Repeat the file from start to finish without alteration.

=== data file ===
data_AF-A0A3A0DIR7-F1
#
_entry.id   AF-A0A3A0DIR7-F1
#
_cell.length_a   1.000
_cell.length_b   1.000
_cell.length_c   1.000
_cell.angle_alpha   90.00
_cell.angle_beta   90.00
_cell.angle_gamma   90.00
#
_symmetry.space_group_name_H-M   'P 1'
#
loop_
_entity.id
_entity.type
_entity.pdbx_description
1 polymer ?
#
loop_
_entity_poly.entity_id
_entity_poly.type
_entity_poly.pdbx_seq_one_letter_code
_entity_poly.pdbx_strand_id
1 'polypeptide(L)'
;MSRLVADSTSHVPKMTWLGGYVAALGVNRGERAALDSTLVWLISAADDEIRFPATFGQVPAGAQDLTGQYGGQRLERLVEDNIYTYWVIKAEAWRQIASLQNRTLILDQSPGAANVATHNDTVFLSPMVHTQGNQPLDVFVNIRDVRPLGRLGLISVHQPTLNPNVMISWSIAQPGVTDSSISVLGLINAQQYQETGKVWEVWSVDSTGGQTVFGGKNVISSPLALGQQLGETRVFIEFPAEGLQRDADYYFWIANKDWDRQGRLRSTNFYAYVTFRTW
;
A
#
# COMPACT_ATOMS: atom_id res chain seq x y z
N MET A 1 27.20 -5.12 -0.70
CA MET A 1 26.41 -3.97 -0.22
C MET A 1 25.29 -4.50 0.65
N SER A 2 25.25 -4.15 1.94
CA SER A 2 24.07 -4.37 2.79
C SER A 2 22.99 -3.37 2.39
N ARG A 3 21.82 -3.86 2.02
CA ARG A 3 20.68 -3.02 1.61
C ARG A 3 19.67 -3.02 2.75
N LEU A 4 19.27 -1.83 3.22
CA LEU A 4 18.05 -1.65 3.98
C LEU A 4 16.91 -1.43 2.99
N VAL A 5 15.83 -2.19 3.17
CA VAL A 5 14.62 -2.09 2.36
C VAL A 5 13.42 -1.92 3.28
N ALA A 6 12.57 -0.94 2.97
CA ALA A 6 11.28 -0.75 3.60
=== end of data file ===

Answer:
data_AF-A0A3A0DIR7-F1
#
_entry.id   AF-A0A3A0DIR7-F1
#
_cell.length_a   1.000
_cell.length_b   1.000
_cell.length_c   1.000
_cell.angle_alpha   90.00
_cell.angle_beta   90.00
_cell.angle_gamma   90.00
#
_symmetry.space_group_name_H-M   'P 1'
#
loop_
_entity.id
_entity.type
_entity.pdbx_description
1 polymer ?
#
loop_
_entity_poly.entity_id
_entity_poly.type
_entity_poly.pdbx_seq_one_letter_code
_entity_poly.pdbx_strand_id
1 'polypeptide(L)'
;MSRLVADSTSHVPKMTWLGGYVAALGVNRGERAALDSTLVWLISAADDEIRFPATFGQVPAGAQDLTGQYGGQRLERLVEDNIYTYWVIKAEAWRQIASLQNRTLILDQSPGAANVATHNDTVFLSPMVHTQGNQPLDVFVNIRDVRPLGRLGLISVHQPTLNPNVMISWSIAQPGVTDSSISVLGLINAQQYQETGKVWEVWSVDSTGGQTVFGGKNVISSPLALGQQLGETRVFIEFPAEGLQRDADYYFWIANKDWDRQGRLRSTNFYAYVTFRTW
;
A
#
# COMPACT_ATOMS: atom_id res chain seq x y z
N MET A 1 27.20 -5.12 -0.70
CA MET A 1 26.41 -3.97 -0.22
C MET A 1 25.29 -4.50 0.65
N SER A 2 25.25 -4.15 1.94
CA SER A 2 24.07 -4.37 2.79
C SER A 2 22.99 -3.37 2.39
N ARG A 3 21.82 -3.86 2.02
CA ARG A 3 20.68 -3.02 1.61
C ARG A 3 19.67 -3.02 2.75
N LEU A 4 19.27 -1.83 3.22
CA LEU A 4 18.05 -1.65 3.98
C LEU A 4 16.91 -1.43 2.99
N VAL A 5 15.83 -2.19 3.17
CA VAL A 5 14.62 -2.09 2.36
C VAL A 5 13.42 -1.92 3.28
N ALA A 6 12.57 -0.94 2.97
CA ALA A 6 11.28 -0.75 3.60